University of Lincoln diabetes scientist conducting pancreas transplantation study

Jack Woodfield
Tue, 08 Mar 2016
University of Lincoln diabetes scientist conducting pancreas transplantation study
A scientist at the University of Lincoln is creating the largest ever collection of DNA from pancreas transplant donors and recipients to investigate how genetics affect transplantation in type 1 diabetes.

Dr. Matthew Simmonds has collected over 1,000 samples in the first project of its kind. The university hopes his research will make it possible to predict the success of individual grafts in future pancreas transplants. This will allow doctors to accurately assess if a pancreas transplant is beneficial for a patient.

Pancreas transplants are a successful treatment option for people with type 1 diabetes. The procedure can be valuable for type 1 patients with kidney failure or life-threatening severe hypoglycemia. A pancreas transplant is often combined with a kidney transplant to reduce progression of diabetes complications.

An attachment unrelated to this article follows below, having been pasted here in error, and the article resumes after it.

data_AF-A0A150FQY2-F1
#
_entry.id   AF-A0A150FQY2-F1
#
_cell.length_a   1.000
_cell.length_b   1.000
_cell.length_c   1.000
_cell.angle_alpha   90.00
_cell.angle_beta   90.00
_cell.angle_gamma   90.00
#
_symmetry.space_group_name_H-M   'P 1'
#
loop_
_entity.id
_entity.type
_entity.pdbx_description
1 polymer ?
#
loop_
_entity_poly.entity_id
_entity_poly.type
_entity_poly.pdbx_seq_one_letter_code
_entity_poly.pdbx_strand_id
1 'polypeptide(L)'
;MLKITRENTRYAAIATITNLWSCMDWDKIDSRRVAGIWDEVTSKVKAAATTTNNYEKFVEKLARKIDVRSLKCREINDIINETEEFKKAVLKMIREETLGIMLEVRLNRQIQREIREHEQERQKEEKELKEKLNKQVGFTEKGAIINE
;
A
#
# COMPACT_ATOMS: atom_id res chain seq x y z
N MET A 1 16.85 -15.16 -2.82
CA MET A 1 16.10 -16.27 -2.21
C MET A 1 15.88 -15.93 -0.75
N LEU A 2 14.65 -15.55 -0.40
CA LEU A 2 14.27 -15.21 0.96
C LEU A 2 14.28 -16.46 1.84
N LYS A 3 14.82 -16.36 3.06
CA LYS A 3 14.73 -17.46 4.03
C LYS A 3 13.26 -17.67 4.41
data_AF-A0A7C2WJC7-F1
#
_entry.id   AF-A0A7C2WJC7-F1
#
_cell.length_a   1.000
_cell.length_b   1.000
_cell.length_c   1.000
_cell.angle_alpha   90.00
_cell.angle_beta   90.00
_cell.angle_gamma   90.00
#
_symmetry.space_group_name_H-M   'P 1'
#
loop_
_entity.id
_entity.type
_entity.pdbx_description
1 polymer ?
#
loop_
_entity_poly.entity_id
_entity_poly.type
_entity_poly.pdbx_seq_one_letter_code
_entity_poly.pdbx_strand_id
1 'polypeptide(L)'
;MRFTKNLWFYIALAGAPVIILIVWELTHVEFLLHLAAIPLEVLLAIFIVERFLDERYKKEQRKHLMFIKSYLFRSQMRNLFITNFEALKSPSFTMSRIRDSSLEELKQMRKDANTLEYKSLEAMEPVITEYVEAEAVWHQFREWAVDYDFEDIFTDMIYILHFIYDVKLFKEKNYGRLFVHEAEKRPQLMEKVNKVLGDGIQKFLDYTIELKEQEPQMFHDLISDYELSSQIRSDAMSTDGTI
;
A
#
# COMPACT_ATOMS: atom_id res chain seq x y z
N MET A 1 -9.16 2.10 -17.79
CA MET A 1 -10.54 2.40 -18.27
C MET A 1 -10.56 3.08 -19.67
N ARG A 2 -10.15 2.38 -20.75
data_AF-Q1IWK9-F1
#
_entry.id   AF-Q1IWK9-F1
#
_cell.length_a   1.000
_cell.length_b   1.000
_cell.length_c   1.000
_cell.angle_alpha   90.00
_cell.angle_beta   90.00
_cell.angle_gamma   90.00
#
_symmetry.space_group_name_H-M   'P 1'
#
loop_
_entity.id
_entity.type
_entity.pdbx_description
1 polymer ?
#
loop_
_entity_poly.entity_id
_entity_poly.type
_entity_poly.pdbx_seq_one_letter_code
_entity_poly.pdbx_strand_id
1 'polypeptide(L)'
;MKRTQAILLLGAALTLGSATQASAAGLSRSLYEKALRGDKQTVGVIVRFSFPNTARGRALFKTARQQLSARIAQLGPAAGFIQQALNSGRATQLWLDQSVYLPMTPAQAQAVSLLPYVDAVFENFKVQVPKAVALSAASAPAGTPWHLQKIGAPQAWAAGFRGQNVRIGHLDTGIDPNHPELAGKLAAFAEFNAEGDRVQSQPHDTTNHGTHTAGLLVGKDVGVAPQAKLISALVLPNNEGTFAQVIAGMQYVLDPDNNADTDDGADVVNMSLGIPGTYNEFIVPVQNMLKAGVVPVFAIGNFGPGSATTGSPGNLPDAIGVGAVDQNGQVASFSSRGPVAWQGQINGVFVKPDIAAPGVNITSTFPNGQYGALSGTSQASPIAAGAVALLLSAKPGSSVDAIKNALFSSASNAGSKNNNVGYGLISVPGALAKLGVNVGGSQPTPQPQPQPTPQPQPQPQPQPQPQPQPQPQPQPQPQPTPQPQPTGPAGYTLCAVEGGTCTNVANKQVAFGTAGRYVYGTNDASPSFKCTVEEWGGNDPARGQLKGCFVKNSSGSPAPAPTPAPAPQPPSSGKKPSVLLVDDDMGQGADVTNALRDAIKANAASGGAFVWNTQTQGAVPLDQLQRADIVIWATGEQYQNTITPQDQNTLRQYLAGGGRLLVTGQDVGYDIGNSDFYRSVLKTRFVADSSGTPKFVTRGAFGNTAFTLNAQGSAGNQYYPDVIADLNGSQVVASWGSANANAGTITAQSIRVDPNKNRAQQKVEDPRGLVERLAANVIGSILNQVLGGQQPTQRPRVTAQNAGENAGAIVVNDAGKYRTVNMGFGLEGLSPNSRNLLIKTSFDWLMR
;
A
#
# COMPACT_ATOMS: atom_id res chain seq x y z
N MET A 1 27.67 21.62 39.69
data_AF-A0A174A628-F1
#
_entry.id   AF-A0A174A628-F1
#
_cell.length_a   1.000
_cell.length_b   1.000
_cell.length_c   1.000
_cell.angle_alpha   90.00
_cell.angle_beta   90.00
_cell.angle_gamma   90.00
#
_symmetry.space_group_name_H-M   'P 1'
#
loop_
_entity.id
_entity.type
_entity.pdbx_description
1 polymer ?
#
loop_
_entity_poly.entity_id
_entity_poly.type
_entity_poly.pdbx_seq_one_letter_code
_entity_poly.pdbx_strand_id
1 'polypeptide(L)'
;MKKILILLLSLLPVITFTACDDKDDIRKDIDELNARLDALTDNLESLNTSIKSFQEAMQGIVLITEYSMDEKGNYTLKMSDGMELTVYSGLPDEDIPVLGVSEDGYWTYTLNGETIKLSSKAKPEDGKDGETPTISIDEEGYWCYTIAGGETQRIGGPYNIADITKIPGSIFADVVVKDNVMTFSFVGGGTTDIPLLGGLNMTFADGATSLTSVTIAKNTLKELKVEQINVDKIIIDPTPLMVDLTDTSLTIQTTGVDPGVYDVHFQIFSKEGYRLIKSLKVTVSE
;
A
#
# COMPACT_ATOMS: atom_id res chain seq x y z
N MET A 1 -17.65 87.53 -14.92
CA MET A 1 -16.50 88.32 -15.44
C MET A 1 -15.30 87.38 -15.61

Following the transplant, a patient will need to take immunosuppressant drugs for the rest of their life, but this carries its own risks, such as increased vulnerability to infection and cancer. Moreover, one in five patients require further surgery just days after transplantation to address complications such as infection.

"Whole organ pancreas transplantation has the potential to provide life-long independence from insulin injections for people with type 1 diabetes who suffer poor glycemic control or severe secondary complications," Simmonds told Lincolnshire Echo.

"While early complications are common after transplantation, most operations are successful; however the function of the graft decreases over time. Loss of pancreas graft function can ultimately be fatal for transplant patients. Identifying ways of recognising how well they'll work in the future is therefore key to improving survival.

"Currently it is not possible to predict when a graft is likely to fail, but our work aims to change this. We are examining the genomes of both the organ donor and the transplant patient to identify patterns which could point to whether or not the transplant will achieve lasting success."

In previous research investigating kidney transplantation, several potential genetic factors were identified that correlated with long-term graft function. Simmonds believes such genetic factors could lead to increased success within pancreas transplantation.
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